Tie Talk: Tying the Banksia Bug (Step-by-Step Photos)

Here's another sweet little bug from our friends at flyrecipes.com. It's called the Banksia Bug (formerly known as the Patchouli Pupa) and was created by my friend and warm water fly fishing guru Jay Zimmerman.

"I began tying this fly to imitate the masses of free-living caddis larva in all my home waters here in Colorado and elsewhere in trout streams all over the West.

I have rarely found good commercially available flies that can fill this niche. Its a very productive fly because this particular caddis larva is a notoriously poor swimmer, often getting swept away in the current, making it an easily recognizable food organism and makes up a large portion of a trouts diet," says Jay.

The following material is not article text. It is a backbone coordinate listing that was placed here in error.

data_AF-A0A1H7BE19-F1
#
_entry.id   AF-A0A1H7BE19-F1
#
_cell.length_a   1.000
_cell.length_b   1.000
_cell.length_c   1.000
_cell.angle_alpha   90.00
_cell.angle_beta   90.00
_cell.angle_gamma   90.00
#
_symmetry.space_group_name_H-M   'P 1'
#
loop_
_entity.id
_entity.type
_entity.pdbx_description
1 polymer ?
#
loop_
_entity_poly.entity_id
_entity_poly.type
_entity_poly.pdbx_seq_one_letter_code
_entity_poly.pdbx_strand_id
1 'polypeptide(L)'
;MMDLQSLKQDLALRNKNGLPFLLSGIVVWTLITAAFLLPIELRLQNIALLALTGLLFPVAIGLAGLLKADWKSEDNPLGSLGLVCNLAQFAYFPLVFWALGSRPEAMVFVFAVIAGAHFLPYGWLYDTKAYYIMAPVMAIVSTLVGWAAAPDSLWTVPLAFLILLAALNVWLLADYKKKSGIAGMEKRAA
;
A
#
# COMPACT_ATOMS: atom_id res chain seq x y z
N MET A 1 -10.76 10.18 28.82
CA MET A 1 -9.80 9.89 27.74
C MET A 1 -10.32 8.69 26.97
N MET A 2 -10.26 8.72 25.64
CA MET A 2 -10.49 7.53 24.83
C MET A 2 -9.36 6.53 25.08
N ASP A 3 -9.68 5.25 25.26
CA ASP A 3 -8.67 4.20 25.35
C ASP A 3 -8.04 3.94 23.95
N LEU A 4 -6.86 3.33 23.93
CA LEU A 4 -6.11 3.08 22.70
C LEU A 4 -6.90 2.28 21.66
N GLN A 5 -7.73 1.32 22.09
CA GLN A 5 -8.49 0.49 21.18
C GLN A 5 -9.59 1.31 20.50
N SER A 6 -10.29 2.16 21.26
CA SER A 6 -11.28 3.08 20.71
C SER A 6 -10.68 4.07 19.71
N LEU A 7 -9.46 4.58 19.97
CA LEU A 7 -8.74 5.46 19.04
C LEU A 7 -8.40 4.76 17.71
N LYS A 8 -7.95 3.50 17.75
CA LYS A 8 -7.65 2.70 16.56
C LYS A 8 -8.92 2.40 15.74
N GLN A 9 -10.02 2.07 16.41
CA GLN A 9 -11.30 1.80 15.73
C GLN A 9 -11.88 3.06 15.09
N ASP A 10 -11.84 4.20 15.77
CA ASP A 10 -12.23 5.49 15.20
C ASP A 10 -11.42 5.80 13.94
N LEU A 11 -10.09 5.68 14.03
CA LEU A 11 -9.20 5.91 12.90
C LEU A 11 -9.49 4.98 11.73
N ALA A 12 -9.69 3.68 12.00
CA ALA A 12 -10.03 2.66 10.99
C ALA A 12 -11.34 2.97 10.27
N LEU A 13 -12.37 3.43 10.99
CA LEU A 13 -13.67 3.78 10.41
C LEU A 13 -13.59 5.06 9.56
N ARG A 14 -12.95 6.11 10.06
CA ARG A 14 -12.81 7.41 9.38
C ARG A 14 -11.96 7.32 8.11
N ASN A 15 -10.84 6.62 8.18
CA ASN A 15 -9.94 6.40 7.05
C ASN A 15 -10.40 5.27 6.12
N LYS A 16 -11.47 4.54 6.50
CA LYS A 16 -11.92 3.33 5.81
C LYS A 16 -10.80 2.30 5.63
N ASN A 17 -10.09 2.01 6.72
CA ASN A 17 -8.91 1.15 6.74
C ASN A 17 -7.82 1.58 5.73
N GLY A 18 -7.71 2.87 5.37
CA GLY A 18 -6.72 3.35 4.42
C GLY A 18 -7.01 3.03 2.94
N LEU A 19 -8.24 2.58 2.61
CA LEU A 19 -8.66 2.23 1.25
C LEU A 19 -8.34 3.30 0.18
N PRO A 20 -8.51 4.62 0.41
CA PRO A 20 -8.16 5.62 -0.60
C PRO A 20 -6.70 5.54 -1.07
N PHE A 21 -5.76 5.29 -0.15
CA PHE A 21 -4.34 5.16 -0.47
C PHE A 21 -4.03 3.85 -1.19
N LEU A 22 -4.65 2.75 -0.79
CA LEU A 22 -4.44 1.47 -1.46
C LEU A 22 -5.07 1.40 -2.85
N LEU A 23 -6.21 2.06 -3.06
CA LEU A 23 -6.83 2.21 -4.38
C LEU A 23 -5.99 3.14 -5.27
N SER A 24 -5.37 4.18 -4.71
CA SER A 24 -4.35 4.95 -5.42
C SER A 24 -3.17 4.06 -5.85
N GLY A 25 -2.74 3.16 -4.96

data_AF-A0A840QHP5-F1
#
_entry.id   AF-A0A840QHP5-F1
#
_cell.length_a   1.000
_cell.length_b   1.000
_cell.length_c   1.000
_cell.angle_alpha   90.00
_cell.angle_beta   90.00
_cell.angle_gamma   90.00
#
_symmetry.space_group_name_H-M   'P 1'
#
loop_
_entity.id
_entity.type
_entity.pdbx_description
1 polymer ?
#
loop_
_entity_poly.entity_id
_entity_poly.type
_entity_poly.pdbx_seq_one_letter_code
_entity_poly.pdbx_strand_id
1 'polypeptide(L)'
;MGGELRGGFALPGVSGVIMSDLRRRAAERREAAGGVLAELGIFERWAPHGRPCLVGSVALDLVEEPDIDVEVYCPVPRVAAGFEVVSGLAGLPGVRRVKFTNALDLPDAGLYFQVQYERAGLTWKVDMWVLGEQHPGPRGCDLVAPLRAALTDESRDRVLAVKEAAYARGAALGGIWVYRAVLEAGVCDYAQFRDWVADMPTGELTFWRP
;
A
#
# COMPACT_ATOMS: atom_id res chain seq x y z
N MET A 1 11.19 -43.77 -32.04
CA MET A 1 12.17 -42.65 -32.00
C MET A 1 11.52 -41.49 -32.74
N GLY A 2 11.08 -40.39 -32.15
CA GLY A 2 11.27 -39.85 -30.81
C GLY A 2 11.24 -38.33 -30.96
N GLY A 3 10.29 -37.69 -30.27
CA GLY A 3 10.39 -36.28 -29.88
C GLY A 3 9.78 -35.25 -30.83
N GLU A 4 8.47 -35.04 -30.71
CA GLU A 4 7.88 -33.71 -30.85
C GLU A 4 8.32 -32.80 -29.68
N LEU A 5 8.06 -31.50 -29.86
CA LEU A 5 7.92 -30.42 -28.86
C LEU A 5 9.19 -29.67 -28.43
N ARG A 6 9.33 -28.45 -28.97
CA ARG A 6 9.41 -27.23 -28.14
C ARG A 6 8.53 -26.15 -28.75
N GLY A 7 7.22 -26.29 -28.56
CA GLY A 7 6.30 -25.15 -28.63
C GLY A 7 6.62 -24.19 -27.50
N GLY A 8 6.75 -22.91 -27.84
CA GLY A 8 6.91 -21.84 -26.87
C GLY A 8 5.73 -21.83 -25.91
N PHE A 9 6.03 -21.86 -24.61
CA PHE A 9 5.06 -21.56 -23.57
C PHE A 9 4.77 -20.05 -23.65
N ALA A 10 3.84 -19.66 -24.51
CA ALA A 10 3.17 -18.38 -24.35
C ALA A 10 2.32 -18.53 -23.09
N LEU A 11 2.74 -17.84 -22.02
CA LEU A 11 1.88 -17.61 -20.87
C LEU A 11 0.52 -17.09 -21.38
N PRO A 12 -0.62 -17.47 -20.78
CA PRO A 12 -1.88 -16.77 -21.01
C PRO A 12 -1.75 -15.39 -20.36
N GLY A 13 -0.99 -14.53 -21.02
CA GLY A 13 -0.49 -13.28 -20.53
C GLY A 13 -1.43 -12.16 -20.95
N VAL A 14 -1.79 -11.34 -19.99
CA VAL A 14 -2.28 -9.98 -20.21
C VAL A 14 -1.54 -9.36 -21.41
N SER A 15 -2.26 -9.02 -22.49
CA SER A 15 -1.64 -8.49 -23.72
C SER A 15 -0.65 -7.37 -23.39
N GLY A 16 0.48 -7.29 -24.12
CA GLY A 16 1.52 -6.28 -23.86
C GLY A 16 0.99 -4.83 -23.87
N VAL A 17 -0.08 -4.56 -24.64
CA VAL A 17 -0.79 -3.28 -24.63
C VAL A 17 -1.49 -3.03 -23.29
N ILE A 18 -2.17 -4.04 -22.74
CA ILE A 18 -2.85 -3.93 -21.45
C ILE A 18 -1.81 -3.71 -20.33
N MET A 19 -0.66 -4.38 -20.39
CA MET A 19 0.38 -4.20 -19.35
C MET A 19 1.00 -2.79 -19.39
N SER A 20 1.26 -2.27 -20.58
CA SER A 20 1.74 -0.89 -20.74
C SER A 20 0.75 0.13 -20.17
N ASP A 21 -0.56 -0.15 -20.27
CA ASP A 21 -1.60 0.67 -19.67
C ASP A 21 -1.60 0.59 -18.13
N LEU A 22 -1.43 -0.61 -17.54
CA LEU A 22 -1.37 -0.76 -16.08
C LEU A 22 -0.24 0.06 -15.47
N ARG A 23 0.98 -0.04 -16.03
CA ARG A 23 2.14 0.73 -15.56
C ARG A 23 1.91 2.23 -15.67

"I have found this pattern to work well in rivers with an abundance of small to medium-size stonefly nymphs leading me to believe my fly is suggestive enough for trout to mistake it for any number of long-bodied aquatic insects as well. With this in mind, I am now using this fly in lakes with equal success! I was hoping it could double as a case maker caddis larva, but have found it works exceptionally well in lakes with a lot of active damselflies."

You can purchase the fly at your favorite fly shop that carries the ump qua brand or follow these instructions and tie it yourself.